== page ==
|By Chris Jones, Las Vegas Review-Journal|
Knight Ridder/Tribune Business News
May 5, 2004 - Manny Cortez, who for the past two decades helped make Las Vegas one of the world's most-popular travel destinations, said Tuesday he plans to resign from the Las Vegas Convention and Visitors Authority effective July 2.
Cortez has been the convention authority's president and chief executive officer since July 1991, guiding the quasi-government agency in both good times and bad. Before accepting his present position, Cortez served on the authority's board of directors for nearly eight years.
"I probably could hang on for a long time, but it's time to move on," Cortez said Tuesday. "The team we've put together is going to run in spite of me, and frankly, the biggest thing I've had to do the last few years is find a way to stay out of the way and let them do their jobs."
Cortez, who turned 65 on April 29, made his decision official on Monday when he sent letters to most members of the organization's 13-member board. In his resignation letter, he referred to the 1978 song "The Gambler."
"It was Kenny Rogers who sang, 'You've got to know when to hold 'em and when to fold 'em,' " Cortez wrote. "How appropriate in this gaming destination."
Cortez added he has no plans outside of taking a few months off to "work around the house a bit."
Board member and Las Vegas Mayor Oscar Goodman said he was shocked when Cortez personally visited the mayor's office on Monday to inform him of his decision. Goodman said the convention authority has flourished under Cortez's leadership, which he added will be missed.
"The good news is he told me that we could call upon him if we needed his help," Goodman said. "But there comes a time in people's lives when they want to leave at the top, and that's basically what Manny is doing."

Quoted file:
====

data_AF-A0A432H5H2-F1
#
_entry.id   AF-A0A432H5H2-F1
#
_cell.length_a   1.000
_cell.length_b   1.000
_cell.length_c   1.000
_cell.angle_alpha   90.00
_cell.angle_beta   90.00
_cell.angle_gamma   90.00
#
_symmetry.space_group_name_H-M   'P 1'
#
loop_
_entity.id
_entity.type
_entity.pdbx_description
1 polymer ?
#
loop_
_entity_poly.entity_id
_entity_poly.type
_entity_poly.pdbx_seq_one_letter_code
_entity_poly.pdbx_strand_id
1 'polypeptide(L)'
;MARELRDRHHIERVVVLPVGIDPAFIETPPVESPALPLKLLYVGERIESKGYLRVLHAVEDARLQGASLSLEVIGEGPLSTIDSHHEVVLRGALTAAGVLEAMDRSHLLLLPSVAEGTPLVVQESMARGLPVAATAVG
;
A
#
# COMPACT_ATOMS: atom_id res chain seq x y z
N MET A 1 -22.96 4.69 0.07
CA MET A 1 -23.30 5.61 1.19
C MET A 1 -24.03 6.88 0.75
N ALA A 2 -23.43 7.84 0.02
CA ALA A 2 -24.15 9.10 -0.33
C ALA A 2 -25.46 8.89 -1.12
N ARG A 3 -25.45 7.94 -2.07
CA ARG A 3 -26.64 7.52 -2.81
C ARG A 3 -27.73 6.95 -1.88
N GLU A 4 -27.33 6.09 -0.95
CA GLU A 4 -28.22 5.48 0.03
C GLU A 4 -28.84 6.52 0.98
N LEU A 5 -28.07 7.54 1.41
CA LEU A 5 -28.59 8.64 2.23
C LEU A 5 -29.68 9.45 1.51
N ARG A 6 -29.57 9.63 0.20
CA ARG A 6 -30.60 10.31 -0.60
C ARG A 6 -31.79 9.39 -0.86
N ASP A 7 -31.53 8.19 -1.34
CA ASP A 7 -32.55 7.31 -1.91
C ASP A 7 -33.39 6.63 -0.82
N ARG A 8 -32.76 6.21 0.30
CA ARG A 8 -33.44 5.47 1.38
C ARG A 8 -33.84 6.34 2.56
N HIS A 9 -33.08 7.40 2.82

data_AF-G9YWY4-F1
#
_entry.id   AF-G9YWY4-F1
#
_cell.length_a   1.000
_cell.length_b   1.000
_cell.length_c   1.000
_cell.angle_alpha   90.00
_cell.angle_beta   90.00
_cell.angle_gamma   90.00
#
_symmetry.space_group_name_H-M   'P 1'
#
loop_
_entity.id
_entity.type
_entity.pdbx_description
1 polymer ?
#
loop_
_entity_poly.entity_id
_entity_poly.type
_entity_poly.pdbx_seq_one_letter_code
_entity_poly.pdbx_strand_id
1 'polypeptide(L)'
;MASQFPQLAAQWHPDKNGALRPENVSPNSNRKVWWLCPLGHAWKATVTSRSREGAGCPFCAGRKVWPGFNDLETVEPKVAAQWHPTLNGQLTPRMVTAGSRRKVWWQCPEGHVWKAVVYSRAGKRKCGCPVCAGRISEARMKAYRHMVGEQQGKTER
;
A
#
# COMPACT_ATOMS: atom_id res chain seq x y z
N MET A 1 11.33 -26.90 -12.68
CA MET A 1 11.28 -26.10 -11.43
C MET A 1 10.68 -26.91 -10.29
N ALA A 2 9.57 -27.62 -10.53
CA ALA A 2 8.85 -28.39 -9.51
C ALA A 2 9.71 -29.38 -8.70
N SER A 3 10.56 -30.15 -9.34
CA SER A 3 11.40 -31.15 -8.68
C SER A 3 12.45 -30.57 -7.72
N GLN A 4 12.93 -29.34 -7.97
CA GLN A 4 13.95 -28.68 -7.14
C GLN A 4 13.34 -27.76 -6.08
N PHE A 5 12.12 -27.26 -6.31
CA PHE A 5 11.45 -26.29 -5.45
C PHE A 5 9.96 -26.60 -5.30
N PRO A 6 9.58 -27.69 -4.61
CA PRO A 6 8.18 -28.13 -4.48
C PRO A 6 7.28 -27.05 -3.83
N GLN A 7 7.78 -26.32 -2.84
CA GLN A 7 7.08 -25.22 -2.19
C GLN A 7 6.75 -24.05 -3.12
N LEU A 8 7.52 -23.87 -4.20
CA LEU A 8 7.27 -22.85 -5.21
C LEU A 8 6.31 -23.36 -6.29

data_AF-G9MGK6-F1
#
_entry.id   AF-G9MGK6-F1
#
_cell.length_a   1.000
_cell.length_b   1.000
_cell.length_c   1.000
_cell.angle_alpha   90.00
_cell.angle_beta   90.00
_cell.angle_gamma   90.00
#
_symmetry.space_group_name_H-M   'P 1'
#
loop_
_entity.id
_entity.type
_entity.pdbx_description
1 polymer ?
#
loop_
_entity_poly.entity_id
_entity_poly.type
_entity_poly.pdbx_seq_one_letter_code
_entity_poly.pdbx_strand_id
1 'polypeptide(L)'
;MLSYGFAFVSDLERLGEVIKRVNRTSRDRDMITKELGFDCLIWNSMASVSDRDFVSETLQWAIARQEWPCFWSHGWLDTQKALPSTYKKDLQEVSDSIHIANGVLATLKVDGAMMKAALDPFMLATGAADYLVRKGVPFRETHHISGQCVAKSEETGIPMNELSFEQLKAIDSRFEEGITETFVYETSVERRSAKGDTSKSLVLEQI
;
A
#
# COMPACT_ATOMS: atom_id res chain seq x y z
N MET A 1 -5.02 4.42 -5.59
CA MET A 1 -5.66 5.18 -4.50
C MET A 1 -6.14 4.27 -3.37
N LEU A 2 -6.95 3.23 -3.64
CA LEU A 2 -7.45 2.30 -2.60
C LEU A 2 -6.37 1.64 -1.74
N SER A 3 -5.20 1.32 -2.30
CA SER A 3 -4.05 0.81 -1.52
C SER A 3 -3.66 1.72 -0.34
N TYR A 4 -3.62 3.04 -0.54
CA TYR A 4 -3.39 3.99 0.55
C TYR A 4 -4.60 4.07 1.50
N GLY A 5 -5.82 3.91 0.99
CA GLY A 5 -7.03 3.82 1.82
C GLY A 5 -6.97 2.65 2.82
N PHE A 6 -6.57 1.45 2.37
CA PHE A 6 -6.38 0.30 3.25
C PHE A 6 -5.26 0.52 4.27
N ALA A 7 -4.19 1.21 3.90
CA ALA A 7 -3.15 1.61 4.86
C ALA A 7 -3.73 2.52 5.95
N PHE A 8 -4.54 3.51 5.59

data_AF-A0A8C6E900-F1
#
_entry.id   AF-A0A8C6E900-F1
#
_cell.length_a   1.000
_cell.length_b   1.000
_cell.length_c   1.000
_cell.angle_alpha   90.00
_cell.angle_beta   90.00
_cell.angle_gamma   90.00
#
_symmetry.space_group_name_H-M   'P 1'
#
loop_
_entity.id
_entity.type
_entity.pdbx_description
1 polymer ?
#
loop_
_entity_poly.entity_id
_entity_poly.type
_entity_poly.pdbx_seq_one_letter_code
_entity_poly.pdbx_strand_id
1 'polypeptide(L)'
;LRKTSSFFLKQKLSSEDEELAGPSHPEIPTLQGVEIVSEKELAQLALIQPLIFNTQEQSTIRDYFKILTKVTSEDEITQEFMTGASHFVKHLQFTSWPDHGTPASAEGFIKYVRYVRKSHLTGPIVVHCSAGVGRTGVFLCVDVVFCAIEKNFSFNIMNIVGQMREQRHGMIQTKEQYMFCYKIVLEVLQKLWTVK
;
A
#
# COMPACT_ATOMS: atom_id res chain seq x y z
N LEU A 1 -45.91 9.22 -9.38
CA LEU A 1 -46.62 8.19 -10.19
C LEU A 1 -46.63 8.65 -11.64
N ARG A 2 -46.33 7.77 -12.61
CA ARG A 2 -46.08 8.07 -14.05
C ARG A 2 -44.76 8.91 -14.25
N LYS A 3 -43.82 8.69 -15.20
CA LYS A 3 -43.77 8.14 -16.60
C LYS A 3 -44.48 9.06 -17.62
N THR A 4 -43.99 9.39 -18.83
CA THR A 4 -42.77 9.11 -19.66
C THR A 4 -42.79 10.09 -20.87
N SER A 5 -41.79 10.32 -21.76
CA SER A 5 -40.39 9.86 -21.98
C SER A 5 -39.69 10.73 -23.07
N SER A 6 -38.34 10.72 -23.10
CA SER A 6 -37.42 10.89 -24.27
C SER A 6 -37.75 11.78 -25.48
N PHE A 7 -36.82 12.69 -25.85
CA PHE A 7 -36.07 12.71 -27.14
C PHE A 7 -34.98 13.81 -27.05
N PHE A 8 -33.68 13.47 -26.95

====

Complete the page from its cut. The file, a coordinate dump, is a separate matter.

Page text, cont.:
When Cortez took over the convention authority, Las Vegas had 73,730 hotel and motel rooms and two major convention centers, including the then-new Sands Exposition and Convention Center, which opened its first phase in late 1990.
Las Vegas hosted approximately 21.3 million visitors in 1991, an early stage of what became an unprecedented era of local growth following The Mirage's 1989 debut. By the time that boom halted in summer 2000, Las Vegas had added multiple world-class resorts, including Bellagio, Mandalay Bay and The Venetian; the city today boasts 129,475 rooms and three of the nation's largest convention centers.
In the period following the terror attacks of September 2001 and the coinciding U.S. economic slowdown, Cortez also oversaw a highly flexible marketing strategy that helped Las Vegas recover more quickly than many competing destinations.
"When we first started doing this we were all gaming-oriented," Cortez said. "We've become an all-around resort destination, which is why Las Vegas has been as successful as it is. We're multifaceted now."
Billy Vassiliadis, CEO of Las Vegas-based advertising agency R&R Partners, praised Cortez's sense of direction regarding Las Vegas' evolution as a resort destination.
"His hallmark has to be that he was a very smart, very decisive, very concrete and very definitive leader," Vassiliadis said. "He's leaving the infrastructure very established ... and the convention authority will now have to take advantage of the groundwork (Cortez) has laid for the future."
Fueled by last year's popular and controversial "Vegas Stories" advertising campaign and an improving travel market, Las Vegas was through February on pace to have a record 37.3 million visitors this year. Local visitor volume is expected to surge even more next year when Steve Wynn opens the $2.4 billion Wynn Las Vegas.
Cortez's work was not limited to Las Vegas, however. Last year, he joined 14 other industry leaders to serve on the newly created U.S. Travel and Tourism Promotion Advisory Board. And last year, Los Angeles-based publication Tradeshow Week called Cortez one of the industry's most-influential leaders.
In February, the convention authority board awarded Cortez a $9,360 annual pay raise and a $23,400 bonus based upon his work during the past fiscal year. He earns a base salary of $243,360 per year, plus a $9,000 annual automobile allowance.
A Las Vegas resident since 1944, Cortez served four terms as a Clark County commissioner beginning in 1976. He has also served on the governing boards of the University Medical Center, the Las Vegas Valley Water District and the Metropolitan Police Department's fiscal affairs board. A local elementary school was named in his honor in March 1999.
-----To see more of the Las Vegas Review-Journal, or to subscribe to the newspaper, go to http://www.lvrj.com.
(c) 2004, Las Vegas Review-Journal. Distributed by Knight Ridder/Tribune Business News. MGG,